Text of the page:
They are best started off indoors, in two seeds per pot at 5cm (2in) deep, then planted out once they are around 8cm (3in) tall, but you must wait until the last frost has passed as they are extremely susceptible to frost. Plant them in their final places in early June and support them on bamboo cane wigwams or double rows of canes.

Make later sowings directly into the ground in June so you have crops through to October. Train the climbing beans up trellises, over arches or along fences to make the most of their beautiful white or lilac flowers.

Good varieties include the dwarf Purple Teepee, which turns green on cooking, and 'Blue Lake', a climbing type.

Three ways to - Rejuvenate a conifer 1. If it is brown in the centre, remove the small dead branches to reveal the shape of the main branches. Cut off a few of the lower large branches to enable you to underplant with ground cover plants which will withstand dry shade such as vinca and cranesbill geranium.

2. If the conifer is brown at the base, plant variegated ivy at the base which will use the brown, lower branches as a climbing frame.

3. Transform a conifer into a standard by removing all branches up to 1.5m (5ft) or lower and then lightly trim the top to shape.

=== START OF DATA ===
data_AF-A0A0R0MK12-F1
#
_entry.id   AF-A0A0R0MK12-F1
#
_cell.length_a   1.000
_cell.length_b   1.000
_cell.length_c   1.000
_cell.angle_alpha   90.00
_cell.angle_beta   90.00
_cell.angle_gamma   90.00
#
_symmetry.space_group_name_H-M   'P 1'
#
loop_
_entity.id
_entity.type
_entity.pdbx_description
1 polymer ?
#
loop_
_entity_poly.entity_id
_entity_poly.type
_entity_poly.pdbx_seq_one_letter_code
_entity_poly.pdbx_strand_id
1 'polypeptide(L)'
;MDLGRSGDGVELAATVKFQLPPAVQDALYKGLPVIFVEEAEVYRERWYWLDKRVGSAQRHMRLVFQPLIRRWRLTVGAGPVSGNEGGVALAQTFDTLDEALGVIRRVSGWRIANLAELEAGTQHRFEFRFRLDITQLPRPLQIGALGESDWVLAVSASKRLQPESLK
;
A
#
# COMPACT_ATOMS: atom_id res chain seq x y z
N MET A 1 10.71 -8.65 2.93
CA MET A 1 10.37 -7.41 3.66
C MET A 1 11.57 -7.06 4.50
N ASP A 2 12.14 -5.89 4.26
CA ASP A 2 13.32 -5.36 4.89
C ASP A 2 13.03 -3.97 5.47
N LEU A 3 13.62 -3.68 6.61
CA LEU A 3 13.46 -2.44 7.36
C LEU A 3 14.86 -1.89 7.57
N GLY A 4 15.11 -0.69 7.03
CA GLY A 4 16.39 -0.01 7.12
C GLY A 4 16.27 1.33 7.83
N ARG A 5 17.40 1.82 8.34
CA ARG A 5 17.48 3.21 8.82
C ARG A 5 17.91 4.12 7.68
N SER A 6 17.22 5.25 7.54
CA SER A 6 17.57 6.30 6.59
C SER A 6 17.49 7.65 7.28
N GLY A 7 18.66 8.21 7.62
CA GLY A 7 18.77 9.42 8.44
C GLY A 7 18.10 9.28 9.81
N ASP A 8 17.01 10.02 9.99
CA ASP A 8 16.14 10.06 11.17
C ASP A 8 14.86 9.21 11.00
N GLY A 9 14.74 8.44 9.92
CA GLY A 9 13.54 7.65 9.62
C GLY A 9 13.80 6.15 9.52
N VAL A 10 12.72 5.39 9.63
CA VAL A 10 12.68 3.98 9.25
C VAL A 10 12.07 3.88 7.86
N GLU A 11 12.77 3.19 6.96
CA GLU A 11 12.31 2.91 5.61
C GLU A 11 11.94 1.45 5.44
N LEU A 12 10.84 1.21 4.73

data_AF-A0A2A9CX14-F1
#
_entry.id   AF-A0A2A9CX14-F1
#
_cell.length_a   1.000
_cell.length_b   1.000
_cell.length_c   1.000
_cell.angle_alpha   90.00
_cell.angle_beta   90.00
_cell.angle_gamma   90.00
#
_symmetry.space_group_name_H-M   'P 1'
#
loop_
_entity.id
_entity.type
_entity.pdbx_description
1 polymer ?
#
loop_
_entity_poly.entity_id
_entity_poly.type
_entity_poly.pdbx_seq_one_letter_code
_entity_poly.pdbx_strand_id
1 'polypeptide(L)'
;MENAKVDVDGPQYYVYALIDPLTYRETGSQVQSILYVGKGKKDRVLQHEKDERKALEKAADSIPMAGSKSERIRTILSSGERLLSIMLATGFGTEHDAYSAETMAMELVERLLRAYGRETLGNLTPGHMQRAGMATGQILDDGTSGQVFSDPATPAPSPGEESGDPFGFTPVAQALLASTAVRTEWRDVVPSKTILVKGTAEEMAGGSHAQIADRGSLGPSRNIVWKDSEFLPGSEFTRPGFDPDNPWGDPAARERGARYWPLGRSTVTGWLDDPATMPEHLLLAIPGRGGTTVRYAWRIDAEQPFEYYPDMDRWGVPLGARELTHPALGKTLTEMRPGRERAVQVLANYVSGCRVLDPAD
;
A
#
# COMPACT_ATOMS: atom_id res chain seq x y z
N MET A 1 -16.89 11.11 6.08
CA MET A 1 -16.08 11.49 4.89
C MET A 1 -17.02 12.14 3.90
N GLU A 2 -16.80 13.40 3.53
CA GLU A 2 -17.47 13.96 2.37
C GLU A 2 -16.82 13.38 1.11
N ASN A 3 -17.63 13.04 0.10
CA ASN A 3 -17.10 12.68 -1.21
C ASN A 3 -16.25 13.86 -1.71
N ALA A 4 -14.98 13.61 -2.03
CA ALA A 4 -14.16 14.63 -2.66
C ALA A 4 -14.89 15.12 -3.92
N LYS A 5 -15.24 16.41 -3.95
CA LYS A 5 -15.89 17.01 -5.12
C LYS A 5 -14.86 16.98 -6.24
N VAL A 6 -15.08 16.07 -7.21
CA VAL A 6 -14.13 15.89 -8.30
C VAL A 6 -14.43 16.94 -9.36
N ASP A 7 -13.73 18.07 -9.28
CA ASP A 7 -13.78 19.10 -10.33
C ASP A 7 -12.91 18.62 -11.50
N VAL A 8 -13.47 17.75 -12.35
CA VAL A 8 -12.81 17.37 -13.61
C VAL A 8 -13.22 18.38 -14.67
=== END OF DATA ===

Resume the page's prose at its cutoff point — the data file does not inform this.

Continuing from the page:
What to do this week :: Start hardening off bedding plants but put them under cover if frost threatens.

:: Plant hanging basket and keep them in a greenhouse or frost-free conservatory or porch until all danger of frost has passed.

:: Apply a general slow-release fertiliser to containers. If it's applied as a surface dressing in spring, it should last container plants the whole season.

:: Earth up early potatoes to protect them from light and frost.

:: Begin mowing the lawn regularly, to encourage dense growth.

:: Feed fish as they become active again after winter.

:: Start removing sideshoots and pinch out tendrils if growing sweet peas on a cordon system.

:: Remove isolated weeds in paths, drives and patios with an old knife or by spraying with a spot weeder.

:: Give increasing amounts of water to greenhouse plants in containers, which should now be growing.

:: Replace rock plants showing signs of severe frost damage, such as loss of foliage, discoloured leaves and dead patches.

:: Transplant rhododendrons and azaleas that need to be relocated.

:: Apply rose fertiliser and gently hoe in around the plants to promote strong growth.

:: Apply a dressing of dried blood or dry tomato fertiliser to trees or shrubs that need a pick-me-up.

:: Take hardwood cuttings of evergreen shrubs and leaves.